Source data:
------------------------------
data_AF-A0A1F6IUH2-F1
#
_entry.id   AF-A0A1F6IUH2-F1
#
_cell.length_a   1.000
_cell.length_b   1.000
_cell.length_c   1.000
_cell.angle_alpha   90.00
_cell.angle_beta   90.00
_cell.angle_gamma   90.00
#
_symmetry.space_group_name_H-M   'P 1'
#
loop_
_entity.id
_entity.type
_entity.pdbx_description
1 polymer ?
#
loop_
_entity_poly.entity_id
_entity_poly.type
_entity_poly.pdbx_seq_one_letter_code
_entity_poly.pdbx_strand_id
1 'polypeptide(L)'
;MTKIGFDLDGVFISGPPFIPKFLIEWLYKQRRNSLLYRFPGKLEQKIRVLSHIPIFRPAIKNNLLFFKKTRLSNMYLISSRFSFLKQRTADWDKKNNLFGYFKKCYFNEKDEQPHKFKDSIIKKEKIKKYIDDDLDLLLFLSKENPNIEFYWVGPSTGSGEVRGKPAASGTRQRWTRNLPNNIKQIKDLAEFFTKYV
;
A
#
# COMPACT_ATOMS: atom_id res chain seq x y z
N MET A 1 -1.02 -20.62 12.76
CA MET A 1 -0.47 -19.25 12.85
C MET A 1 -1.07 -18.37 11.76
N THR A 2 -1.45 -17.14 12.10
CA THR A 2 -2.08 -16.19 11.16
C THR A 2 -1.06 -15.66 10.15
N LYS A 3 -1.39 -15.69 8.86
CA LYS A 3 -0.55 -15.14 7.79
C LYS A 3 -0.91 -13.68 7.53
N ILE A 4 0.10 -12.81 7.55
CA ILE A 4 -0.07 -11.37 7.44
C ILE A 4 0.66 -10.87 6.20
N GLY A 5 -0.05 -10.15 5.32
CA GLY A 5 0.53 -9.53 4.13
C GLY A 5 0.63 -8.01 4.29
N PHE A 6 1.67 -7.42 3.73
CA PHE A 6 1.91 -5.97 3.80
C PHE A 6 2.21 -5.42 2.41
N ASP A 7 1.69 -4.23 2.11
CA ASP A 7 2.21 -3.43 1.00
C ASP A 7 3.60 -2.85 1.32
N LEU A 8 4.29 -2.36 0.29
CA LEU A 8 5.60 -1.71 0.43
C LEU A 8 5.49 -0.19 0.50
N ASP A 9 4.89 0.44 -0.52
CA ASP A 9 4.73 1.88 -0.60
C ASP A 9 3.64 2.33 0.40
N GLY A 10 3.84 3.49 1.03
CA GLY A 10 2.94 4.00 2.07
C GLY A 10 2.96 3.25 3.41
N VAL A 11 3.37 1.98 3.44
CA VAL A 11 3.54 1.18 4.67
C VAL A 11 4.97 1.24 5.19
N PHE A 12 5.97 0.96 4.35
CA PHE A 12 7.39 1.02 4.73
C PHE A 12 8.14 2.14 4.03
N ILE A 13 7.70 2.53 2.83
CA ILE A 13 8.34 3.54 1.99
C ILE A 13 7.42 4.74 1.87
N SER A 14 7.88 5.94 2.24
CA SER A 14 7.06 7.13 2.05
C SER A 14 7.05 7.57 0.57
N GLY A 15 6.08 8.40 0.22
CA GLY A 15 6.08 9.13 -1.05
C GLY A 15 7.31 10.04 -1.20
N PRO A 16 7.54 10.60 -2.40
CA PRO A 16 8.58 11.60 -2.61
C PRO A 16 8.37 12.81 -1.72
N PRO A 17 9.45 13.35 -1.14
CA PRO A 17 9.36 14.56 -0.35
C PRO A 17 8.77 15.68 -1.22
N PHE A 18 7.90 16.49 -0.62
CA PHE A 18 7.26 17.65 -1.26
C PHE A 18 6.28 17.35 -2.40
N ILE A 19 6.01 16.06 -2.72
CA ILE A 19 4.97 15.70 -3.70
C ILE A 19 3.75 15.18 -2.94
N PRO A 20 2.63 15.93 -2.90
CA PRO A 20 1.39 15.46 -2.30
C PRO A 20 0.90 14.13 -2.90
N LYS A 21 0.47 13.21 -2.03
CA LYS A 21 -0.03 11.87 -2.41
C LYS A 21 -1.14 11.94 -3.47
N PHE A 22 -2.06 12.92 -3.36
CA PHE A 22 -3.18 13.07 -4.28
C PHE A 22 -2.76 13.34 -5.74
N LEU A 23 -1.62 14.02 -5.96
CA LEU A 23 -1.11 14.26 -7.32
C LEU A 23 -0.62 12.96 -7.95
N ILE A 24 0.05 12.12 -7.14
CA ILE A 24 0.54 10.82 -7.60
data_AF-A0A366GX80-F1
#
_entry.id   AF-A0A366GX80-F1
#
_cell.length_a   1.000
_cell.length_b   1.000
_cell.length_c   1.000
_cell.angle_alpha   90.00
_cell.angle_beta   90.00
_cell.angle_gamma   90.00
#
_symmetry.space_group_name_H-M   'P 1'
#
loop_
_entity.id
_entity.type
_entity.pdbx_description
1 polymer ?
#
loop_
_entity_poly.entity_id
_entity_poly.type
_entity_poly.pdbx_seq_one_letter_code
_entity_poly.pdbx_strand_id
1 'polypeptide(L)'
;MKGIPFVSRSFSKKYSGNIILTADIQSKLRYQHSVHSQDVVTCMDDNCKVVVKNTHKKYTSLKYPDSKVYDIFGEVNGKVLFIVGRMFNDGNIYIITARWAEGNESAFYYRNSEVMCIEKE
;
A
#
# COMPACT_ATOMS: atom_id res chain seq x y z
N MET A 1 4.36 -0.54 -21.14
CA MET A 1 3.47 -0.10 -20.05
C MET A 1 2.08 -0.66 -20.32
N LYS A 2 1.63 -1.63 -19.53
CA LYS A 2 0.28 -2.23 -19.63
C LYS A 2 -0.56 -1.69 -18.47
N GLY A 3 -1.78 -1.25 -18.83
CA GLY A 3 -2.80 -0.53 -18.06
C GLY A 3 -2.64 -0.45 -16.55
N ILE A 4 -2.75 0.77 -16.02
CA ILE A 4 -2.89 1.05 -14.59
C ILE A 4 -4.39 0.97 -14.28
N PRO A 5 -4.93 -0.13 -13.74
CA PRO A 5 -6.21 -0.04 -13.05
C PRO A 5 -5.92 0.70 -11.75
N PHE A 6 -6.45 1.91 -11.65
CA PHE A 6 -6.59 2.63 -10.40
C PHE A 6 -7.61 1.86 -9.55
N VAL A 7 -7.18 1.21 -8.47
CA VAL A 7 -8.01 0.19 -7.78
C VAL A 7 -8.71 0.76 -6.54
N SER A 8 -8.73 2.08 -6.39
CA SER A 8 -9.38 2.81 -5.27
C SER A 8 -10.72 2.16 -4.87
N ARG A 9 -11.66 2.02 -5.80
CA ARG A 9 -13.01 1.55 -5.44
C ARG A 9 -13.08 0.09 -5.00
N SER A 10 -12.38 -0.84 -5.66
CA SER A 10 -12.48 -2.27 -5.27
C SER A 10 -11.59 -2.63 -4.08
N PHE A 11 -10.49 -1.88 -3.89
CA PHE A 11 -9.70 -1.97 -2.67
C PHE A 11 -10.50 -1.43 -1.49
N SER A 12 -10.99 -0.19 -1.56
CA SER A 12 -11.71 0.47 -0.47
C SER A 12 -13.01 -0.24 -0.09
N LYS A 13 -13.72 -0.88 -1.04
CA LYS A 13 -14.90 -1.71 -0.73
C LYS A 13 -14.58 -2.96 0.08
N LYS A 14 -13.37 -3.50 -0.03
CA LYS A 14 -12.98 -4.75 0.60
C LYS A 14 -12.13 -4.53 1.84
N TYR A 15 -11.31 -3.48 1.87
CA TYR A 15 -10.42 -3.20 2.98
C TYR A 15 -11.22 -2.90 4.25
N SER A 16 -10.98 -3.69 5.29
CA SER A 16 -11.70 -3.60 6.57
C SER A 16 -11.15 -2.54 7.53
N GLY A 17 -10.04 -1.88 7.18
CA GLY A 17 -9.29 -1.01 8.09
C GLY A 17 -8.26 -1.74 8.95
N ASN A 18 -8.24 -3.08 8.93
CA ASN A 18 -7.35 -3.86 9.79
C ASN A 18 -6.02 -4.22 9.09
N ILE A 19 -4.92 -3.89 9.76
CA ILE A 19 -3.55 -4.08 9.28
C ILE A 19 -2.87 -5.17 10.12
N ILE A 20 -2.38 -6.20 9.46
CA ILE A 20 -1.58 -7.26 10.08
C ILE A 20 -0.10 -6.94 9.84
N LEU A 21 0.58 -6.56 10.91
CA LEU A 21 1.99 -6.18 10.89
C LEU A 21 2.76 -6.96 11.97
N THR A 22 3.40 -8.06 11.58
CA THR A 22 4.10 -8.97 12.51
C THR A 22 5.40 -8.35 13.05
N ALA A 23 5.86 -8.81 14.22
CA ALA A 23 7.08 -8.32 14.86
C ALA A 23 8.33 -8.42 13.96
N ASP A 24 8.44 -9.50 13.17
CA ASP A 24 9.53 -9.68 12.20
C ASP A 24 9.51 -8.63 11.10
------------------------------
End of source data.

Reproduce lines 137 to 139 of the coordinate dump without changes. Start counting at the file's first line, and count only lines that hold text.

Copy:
C LYS A 2 -0.56 -1.69 -18.47
N GLY A 3 -1.78 -1.25 -18.83
CA GLY A 3 -2.80 -0.53 -18.06